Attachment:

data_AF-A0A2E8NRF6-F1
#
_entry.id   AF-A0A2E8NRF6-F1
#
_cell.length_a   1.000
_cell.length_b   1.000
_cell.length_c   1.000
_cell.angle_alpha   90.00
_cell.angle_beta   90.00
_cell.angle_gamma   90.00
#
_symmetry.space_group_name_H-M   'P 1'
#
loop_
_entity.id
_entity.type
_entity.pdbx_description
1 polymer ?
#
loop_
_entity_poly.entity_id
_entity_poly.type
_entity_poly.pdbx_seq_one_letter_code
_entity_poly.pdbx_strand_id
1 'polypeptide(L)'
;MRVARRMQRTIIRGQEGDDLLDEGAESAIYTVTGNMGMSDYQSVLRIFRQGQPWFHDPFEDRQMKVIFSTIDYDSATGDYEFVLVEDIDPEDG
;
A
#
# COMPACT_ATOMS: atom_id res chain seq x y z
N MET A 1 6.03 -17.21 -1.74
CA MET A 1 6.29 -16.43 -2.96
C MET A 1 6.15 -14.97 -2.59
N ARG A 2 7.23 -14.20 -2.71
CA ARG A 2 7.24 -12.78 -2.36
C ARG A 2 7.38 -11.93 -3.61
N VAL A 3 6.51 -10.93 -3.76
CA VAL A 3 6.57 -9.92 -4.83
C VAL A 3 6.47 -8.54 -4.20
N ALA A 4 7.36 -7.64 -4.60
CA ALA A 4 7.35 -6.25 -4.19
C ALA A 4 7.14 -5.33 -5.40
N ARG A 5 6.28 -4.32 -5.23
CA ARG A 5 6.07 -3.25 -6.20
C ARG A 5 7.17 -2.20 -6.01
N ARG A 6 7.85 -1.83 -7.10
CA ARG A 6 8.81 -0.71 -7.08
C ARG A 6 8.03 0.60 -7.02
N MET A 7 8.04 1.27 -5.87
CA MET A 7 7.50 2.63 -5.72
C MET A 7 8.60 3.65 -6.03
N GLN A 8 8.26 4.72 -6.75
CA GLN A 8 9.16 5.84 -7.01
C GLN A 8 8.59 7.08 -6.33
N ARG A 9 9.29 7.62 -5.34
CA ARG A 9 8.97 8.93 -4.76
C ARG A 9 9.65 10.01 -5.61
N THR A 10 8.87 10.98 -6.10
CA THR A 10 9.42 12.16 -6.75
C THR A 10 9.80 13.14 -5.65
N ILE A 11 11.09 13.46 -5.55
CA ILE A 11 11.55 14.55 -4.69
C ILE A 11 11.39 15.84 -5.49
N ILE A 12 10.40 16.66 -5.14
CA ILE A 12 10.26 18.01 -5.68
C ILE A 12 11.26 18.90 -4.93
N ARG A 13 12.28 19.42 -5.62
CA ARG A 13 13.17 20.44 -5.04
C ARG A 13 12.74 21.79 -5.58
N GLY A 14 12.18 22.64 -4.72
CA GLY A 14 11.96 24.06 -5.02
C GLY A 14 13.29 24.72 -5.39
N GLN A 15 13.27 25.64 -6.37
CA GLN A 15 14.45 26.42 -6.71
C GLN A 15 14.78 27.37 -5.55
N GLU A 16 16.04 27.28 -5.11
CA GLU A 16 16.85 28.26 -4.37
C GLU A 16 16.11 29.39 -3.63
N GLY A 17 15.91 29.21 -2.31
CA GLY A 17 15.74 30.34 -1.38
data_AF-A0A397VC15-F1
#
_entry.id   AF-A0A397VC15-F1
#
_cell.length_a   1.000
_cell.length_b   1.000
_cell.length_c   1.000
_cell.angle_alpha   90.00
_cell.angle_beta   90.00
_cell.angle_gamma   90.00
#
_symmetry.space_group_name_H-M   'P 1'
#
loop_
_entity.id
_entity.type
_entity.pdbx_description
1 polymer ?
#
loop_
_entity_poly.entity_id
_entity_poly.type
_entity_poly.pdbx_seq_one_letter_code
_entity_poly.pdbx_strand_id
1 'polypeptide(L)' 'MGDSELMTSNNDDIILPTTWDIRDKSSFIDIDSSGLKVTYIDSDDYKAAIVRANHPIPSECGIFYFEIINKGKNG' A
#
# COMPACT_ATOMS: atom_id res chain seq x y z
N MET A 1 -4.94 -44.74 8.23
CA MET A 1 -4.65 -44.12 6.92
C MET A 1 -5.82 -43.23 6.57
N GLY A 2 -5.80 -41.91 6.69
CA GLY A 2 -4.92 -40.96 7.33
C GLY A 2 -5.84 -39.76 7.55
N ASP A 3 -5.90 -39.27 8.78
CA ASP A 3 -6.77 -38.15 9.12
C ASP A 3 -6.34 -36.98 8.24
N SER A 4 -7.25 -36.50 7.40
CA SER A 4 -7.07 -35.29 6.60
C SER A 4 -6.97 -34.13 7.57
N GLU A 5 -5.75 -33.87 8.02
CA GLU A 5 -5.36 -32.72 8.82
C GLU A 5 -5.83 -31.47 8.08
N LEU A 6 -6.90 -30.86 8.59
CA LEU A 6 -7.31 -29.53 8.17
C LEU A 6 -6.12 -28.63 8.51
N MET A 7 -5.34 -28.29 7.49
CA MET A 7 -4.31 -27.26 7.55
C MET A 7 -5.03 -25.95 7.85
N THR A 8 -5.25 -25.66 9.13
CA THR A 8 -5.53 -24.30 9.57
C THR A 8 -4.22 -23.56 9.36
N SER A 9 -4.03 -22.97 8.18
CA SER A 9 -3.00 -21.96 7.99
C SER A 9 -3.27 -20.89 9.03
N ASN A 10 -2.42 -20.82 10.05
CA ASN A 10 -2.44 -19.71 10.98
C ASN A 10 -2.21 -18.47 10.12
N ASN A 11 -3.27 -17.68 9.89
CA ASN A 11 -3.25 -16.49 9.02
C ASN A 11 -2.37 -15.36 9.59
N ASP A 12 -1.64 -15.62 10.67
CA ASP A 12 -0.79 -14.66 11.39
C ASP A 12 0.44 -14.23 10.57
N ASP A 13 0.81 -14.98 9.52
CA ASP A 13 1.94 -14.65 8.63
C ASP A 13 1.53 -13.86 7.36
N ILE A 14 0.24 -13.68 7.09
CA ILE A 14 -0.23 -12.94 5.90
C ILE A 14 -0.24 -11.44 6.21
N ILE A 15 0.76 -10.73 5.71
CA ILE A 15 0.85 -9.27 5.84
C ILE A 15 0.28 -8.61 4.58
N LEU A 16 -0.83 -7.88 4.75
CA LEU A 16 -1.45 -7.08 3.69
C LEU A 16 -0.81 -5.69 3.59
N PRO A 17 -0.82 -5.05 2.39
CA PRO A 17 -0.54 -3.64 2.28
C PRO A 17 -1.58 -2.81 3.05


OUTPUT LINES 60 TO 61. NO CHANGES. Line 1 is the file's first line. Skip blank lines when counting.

C THR A 10 9.80 13.14 -5.65
N ILE A 11 11.09 13.46 -5.55